The riding of Gatineau, in Quebec, is home to Canadians of every origin: mostly francophones, but anglophones as well; Canadians of Lebanese, Portuguese, Colombian, Romanian, African, and Asian descent, to name just a few. Many of them are owners of or employees in small or medium size businesses, where their hard work is enabling the riding to grow at an extraordinary rate. Some constituents work for the government and are unstinting in their efforts to improve our community. I salute them and I thank them.

All of these people know that they can always count on me to listen to them and help them. They can rely on my 20 years of experience as a labour relations lawyer and my involvement in the community.

Gatineau is intrinsically linked to the national capital region, which can and must grow according to principles of fairness between the two sides of the river. This principle, often called the 75-25 rule for Ottawa and Gatineau, was instituted 35 years ago as a sign of respect for the francophone community living in the area. This government will protect and encourage that rule of fairness, both in government services and in the establishment of research centres, of that I am sure.

The riding of Gatineau has an incredible potential for development. Yes, Gatineau does have some enviable examples of infrastructure, such as the Maison de la Culture or the National Archives of Canada. We also have industrial parks ready to be more active.

The city of Gatineau is the fifth largest city in Quebec. Everyone in the Outaouais was happy to learn just recently that highway 50 has been included in the national highway network, which should simplify funding for its extension to Lachute.

Therefore, I would like to offer my special thanks to the hon. Minister of Transport who understood the importance of this highway to the riding of Gatineau and the entire Outaouais region. He took the time to listen to me and support me, and in particular he took the necessary action with our provincial partners. Who thought we were on vacation after the election? Certainly not this government.

In the riding of Gatineau there are many volunteers who work toward ensuring a better future for everyone. The volunteers are seniors, young people, Canadians from all walks of life; they have names like Charron, Strolenberg, Lacroix, Robinson, Vaive, Clermont, Lajeunesse, Thibault, Foy, Racicot, Lagacé, Durand, Daaboul and Londono. I could have provided a much longer list since I have 20 minutes. They are the ones who ensure that our priorities reflect their priorities. We are working for them and everything they represent. They are Canadian citizens like us and have equal status. They trust us to represent them well and to speak on their behalf.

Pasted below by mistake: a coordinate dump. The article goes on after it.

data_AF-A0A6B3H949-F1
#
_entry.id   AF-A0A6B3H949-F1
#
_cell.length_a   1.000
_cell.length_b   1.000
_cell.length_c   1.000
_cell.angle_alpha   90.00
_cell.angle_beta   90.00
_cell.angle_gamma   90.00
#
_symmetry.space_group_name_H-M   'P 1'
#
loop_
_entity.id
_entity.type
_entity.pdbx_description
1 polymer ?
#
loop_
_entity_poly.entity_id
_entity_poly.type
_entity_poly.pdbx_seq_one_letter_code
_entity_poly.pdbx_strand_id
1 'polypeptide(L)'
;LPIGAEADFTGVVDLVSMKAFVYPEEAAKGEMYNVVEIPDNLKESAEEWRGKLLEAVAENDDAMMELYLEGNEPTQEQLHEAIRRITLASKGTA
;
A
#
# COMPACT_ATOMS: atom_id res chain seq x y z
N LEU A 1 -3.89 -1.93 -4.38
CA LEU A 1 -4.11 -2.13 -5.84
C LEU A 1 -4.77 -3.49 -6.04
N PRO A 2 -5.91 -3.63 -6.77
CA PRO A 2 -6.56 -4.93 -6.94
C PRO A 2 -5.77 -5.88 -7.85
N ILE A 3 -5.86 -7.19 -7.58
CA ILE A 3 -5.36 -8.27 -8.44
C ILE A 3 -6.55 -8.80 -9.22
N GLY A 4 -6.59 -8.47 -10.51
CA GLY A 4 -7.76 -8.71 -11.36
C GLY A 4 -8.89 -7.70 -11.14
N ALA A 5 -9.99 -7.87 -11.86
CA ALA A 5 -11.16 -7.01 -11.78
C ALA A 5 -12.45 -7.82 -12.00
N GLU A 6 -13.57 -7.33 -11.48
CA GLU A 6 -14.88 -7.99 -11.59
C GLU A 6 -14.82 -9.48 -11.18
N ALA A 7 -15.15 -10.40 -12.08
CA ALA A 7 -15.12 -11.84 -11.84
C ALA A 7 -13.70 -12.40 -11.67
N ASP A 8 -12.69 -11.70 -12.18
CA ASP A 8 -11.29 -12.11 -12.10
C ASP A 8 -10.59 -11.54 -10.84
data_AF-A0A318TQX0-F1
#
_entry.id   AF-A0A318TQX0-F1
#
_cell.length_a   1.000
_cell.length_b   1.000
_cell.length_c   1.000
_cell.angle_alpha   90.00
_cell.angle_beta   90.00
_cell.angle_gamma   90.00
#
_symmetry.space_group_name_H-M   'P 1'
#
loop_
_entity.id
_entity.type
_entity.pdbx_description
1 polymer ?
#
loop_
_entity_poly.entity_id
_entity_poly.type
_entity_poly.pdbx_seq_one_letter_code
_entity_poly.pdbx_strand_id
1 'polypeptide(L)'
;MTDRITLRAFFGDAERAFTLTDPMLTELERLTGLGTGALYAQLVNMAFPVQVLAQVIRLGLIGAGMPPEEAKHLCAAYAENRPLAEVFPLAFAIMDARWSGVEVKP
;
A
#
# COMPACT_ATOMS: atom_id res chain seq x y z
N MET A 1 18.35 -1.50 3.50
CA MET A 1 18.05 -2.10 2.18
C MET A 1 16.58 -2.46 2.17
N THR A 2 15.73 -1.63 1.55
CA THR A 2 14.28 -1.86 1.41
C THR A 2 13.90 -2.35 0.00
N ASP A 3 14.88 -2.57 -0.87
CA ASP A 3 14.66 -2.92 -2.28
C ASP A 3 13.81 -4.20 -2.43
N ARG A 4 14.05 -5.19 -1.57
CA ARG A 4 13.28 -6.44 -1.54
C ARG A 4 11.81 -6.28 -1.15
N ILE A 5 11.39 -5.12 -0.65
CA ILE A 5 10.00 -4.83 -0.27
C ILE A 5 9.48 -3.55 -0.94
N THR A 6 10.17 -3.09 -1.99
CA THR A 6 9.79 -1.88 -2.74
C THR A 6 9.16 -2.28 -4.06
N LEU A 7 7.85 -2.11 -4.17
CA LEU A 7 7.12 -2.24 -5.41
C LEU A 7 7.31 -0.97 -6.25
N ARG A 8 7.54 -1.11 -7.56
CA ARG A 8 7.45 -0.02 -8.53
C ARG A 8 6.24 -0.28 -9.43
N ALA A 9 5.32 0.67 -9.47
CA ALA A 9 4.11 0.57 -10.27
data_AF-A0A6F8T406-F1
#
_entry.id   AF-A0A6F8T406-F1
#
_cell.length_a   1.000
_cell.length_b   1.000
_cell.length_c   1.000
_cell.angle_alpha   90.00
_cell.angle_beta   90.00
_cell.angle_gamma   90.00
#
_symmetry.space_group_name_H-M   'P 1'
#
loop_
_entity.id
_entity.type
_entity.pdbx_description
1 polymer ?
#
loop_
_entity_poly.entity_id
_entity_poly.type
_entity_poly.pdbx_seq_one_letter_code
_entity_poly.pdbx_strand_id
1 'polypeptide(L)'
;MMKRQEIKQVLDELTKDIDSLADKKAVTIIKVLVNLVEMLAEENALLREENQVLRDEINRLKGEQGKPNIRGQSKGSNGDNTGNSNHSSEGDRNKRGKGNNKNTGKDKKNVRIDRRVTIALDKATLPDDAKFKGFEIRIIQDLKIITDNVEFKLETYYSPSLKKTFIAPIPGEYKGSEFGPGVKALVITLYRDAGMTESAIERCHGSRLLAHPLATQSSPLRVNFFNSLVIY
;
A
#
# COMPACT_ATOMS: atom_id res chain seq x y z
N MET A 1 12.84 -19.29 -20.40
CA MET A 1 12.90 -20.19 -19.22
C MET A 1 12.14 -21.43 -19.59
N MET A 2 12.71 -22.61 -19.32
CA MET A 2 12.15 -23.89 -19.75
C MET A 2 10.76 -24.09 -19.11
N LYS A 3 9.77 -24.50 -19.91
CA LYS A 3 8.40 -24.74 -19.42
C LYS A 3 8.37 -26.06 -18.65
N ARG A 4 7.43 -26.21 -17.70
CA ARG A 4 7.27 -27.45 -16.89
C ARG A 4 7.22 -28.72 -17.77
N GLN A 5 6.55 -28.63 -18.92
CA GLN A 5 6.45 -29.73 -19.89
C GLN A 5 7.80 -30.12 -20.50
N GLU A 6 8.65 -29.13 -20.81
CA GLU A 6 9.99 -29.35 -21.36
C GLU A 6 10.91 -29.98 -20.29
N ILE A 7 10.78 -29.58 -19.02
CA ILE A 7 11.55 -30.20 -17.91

For example, in my riding, a 19-year-old man named Alexandre Gingras, with help from high school students and teachers, developed a plan to promote peace in the Middle East. This is an excellent indication that our young people want to be involved as well. All they need is encouragement. You will be hearing about this project, which goes by the name of Liberté.

I am very proud and privileged to represent all those people here in this House.

My riding office is literally at the heart of the riding of Gatineau. The office is near a CLSC, the cultural centre, the National Archives, the city's administrative offices, a college campus and the future site of a sports complex that I am sure we will help build, since it is good for young people and public health.

The people in the riding of Gatineau want the government's priority to be health, education, the environment and economic development. The Speech from the Throne responds to these requests.

On the matter of education, I would like to point out that today is World Teachers' Day . I think that teachers do a terrific job. They are shaping the leaders of tomorrow and those who represent our future, and I salute them.

The people of the riding of Gatineau want to close the growing gap between the rich and the poor. The Speech from the Throne is meeting this demand.

The people of Gatineau also want a proactive approach to looking after our seniors, young people and women, to integrating our cultural communities, to aboriginal peoples, to international aid and peace missions fundamental demands for respect, justice and equity. The Speech from the Throne meets these demands.

The government's program is an ambitious one. It shows and proves beyond a doubt what the Prime Minister's vision is all about. I congratulate him on it and thank him for it. This program is also proof that this government does not shy away from challenges.

There are definitely no chickens on this side of the House.

I am particularly pleased to note in this Speech from the Throne that the government has heard Canadians across the country and reached out to all parties in this House so that, through the parliamentary process, they may advance those issues that are a priority for them.

We already have to our credit the significant achievement of the recent historical health accord between the Prime Minister of Canada and the provincial premiers. I am convinced that similar achievements will be possible in the case of our other priorities, including our new deal for Canada's cities and communities , and the national child care plan which, I am proud to say, will be modeled on what we have in my province of Quebec. Quality, universality, accessibility and development will be at the heart of the national plan for kindergarten and child care.